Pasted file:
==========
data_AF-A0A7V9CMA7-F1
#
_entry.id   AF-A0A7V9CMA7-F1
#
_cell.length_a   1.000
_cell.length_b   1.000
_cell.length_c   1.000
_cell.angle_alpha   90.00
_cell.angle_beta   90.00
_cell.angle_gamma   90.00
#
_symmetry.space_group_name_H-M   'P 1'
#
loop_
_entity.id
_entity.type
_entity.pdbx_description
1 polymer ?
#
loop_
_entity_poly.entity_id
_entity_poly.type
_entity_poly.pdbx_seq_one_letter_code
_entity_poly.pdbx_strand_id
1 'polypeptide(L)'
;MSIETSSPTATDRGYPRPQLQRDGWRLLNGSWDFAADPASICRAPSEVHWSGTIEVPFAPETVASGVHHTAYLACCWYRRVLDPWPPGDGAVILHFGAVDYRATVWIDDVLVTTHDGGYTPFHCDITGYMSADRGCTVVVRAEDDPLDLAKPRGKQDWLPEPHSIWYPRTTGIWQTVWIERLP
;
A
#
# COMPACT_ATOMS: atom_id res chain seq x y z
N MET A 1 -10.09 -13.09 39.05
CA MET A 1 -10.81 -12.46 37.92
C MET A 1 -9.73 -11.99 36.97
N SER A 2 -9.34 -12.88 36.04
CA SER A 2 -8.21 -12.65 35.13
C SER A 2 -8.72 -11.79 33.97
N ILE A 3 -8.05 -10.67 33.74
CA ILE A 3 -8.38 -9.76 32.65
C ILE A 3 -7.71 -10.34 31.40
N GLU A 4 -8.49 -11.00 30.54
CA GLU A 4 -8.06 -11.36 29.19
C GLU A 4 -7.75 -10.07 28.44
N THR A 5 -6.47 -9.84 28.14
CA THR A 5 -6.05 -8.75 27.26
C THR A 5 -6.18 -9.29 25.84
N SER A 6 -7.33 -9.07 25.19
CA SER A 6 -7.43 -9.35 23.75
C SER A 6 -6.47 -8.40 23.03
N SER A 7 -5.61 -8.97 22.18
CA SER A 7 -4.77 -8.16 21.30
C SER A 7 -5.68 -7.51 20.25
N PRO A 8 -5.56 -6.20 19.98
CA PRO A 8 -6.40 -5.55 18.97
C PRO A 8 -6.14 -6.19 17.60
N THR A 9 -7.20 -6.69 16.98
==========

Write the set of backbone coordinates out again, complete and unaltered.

data_AF-A0A7V9CMA7-F1
#
_entry.id   AF-A0A7V9CMA7-F1
#
_cell.length_a   1.000
_cell.length_b   1.000
_cell.length_c   1.000
_cell.angle_alpha   90.00
_cell.angle_beta   90.00
_cell.angle_gamma   90.00
#
_symmetry.space_group_name_H-M   'P 1'
#
loop_
_entity.id
_entity.type
_entity.pdbx_description
1 polymer ?
#
loop_
_entity_poly.entity_id
_entity_poly.type
_entity_poly.pdbx_seq_one_letter_code
_entity_poly.pdbx_strand_id
1 'polypeptide(L)'
;MSIETSSPTATDRGYPRPQLQRDGWRLLNGSWDFAADPASICRAPSEVHWSGTIEVPFAPETVASGVHHTAYLACCWYRRVLDPWPPGDGAVILHFGAVDYRATVWIDDVLVTTHDGGYTPFHCDITGYMSADRGCTVVVRAEDDPLDLAKPRGKQDWLPEPHSIWYPRTTGIWQTVWIERLP
;
A
#
# COMPACT_ATOMS: atom_id res chain seq x y z
N MET A 1 -10.09 -13.09 39.05
CA MET A 1 -10.81 -12.46 37.92
C MET A 1 -9.73 -11.99 36.97
N SER A 2 -9.34 -12.88 36.04
CA SER A 2 -8.21 -12.65 35.13
C SER A 2 -8.72 -11.79 33.97
N ILE A 3 -8.05 -10.67 33.74
CA ILE A 3 -8.38 -9.76 32.65
C ILE A 3 -7.71 -10.34 31.40
N GLU A 4 -8.49 -11.00 30.54
CA GLU A 4 -8.06 -11.36 29.19
C GLU A 4 -7.75 -10.07 28.44
N THR A 5 -6.47 -9.84 28.14
CA THR A 5 -6.05 -8.75 27.26
C THR A 5 -6.18 -9.29 25.84
N SER A 6 -7.33 -9.07 25.19
CA SER A 6 -7.43 -9.35 23.75
C SER A 6 -6.47 -8.40 23.03
N SER A 7 -5.61 -8.97 22.18
CA SER A 7 -4.77 -8.16 21.30
C SER A 7 -5.68 -7.51 20.25
N PRO A 8 -5.56 -6.20 19.98
CA PRO A 8 -6.40 -5.55 18.97
C PRO A 8 -6.14 -6.19 17.60
N THR A 9 -7.20 -6.69 16.98